Washington Evening Journal

Fairfield Ledger   Mt. Pleasant News
Neighbors Growing Together | Jun 20, 2018

Professional soccer players teach area youth in unique camp

By Bill Gatchel | Aug 07, 2017
Photo by: Bill Gatchel Angel Mata gets ready to dribble the ball down the field in the Chicago Fire soccer camp held in Washington last week.

Forty youth soccer players, ranging in age from 2 to 18, took part in a first-of-its-kind camp in Iowa recently.

Hosted by the Chicago Fire of Major League soccer, the camp was held as a community outreach of the sports team to help get more children involved in the program.

Sam Robshaw, a coach with Chicago Fire Soccer In The Community, said it’s a way to get the team’s name out in the public, as well.

“It’s basically a way to expose the Chicago Fire to new communities that perhaps don’t know who we are,” he said.

“So hopefully in the future they will start seeing more games and hope the kids get involved more in soccer, which is the main aspect of it. It also shows what Chicago Fire does for the community.

“We run camps all around the Midwest, in Illinois, Michigan, Wisconsin, Indiana and in Iowa.

“We get to explain to everyone what the Chicago Fire is all about and hopefully leave them with lifelong memories and a greater love for the game.”

“The Chicago Fire is a very active community member, both in Chicago and across the Midwest, and our summer camps are an important part of that,” said Lee Hannant, manager of Soccer In The Community.

“This is our first year partnering with Washington Area Soccer Program (WASP), and we are delighted with the feedback we received about the experience, and we are excited to come back to Washington again next year, and hopefully create more fans of the Chicago Fire Soccer Club.”

“We hope the kids get better and better and hopefully there will be more camps here which get busier and busier each year,” Robshaw said.

“From that, you never know, maybe we can help facilitate getting local players into our Academy.”

While they were here, Robshaw and other coaches taught the campers the basics of the sport.

“The first day we taught them how to pass the ball,” he said. “The second day, the topic was dribbling. The third day we taught them how to attack and defend effectively.

“The fourth day we looked at shooting and finishing against the goalkeeper, both opposed and unopposed.”

Robshaw is impressed at how well all of the campers were receptive to what was being taught.

“I know for a fact that because we have British accents, they listen to us a little more than perhaps some of the American coaches; I’m not sure of that, but I’ve been told that,” he said with a chuckle.

“The actual knowledge of the kids back home (in the UK) play soccer (or football) [starts] from when they are babies and that would be their only sport.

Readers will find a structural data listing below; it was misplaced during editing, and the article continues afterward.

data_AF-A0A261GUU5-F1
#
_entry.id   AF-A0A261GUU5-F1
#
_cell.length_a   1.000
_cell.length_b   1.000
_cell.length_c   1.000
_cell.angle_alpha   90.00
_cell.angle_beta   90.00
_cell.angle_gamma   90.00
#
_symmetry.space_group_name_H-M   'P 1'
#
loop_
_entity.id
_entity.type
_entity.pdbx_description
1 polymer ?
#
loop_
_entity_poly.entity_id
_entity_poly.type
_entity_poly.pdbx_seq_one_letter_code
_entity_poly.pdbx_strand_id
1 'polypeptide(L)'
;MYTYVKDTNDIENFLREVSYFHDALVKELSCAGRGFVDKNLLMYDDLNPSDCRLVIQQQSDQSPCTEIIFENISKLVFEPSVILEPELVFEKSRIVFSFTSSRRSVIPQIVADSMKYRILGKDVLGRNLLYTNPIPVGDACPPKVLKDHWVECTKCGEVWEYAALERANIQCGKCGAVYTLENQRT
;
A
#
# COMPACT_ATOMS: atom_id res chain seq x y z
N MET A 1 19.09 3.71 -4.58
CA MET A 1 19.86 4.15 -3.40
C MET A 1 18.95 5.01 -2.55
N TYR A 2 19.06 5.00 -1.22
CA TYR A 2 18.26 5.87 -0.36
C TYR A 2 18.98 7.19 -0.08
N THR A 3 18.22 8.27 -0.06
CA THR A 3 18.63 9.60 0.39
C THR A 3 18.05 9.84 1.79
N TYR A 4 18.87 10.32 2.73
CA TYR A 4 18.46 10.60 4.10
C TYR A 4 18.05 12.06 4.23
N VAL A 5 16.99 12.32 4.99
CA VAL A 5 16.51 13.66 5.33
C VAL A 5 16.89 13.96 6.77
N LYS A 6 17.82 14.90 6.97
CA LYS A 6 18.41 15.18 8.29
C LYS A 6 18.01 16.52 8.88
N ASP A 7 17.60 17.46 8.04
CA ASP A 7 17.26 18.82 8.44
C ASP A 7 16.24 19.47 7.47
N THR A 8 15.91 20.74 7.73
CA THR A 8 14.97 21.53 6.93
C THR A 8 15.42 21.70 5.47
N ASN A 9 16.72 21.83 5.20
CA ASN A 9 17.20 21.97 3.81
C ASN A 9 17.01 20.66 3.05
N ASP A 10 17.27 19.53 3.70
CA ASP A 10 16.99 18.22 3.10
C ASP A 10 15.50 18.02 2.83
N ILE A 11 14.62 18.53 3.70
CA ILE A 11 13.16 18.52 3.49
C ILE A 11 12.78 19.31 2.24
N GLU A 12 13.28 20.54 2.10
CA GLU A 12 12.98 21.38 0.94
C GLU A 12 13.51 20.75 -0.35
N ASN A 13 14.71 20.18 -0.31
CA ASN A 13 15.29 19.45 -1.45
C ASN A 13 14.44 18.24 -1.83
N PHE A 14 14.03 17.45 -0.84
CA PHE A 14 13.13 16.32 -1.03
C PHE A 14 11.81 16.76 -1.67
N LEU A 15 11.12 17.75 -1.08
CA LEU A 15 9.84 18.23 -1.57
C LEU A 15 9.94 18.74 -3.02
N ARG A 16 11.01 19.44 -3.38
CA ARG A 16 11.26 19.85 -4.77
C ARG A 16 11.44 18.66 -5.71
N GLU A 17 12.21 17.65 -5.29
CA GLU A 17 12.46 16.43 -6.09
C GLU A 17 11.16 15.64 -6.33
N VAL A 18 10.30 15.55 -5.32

“They will watch it on TV, they will play the computer games and their family would take them to games to expose them completely so they know all the players in the professional game.

“Kids in America have four or five different sports they play, so perhaps they don’t know players as much, but I’ve been impressed with the players here because they have good knowledge of the game both in Europe and in the states, as well.

“But we’re here to teach them about soccer in general and about the world of soccer.

“We’re trying to educate them a little bit in how to play the game properly but also what happens in Europe and how we do it. The kids here have been brilliant.”

Part of learning about the world of soccer is to show the difference between European soccer and American soccer.

“In the UK, at least, especially with the ladies, the skills aren’t as high,” Robshaw said. “Here in the states, the girls’ development is much, much better. Technically, attitude-wise and everything.

“Girls in the UK, they tend to play other sports. They’ll go into netball or they’ll perhaps play something else that involves what girls would do at school.

“They don’t play soccer too much, although it’s getting bigger.

“For the boys side of it, they are brought up to play it and that is their main thing. They will play it in the garden, in the park and stuff.

“The Americans are catching up in the last 20 years. They have gotten better and better and better but in the UK they are exposed to it a little bit more and are in tune to it a little bit more and their knowledge is a little bit better.

“This is my first year over here, as well, so if I come back here next year, I will see an even bigger improvement.”

The plan is to have the camp in Washington again next year.

“They want to bring it back,” Robshaw said. “This is the first year and they want it to expand and get better every year.

“I’m pretty sure it will, because 40 for a first camp is brilliant. I know WASP Coach Heather Perez has lots of kids on her team so I’m hoping next year we get 50-plus which would be wonderful.”

The camp ended Friday with a graduation day. They played games and received a special shirt and a ball along with getting their pictures taken with the coaches.

“As part of the summer camp, all campers receive a free ticket to one of our unique Graduation Day events,” Hannant said, “so I am looking forward to seeing some families from WASP come out and experience a Chicago Fire game day at Toyota Park, to see the first team play, and grow their love for soccer and the Fire.

“Thank you to WASP for hosting a Chicago Fire Summer Camp,” Hannant said, “and to everyone that attended. We will see you all again in 2018.”

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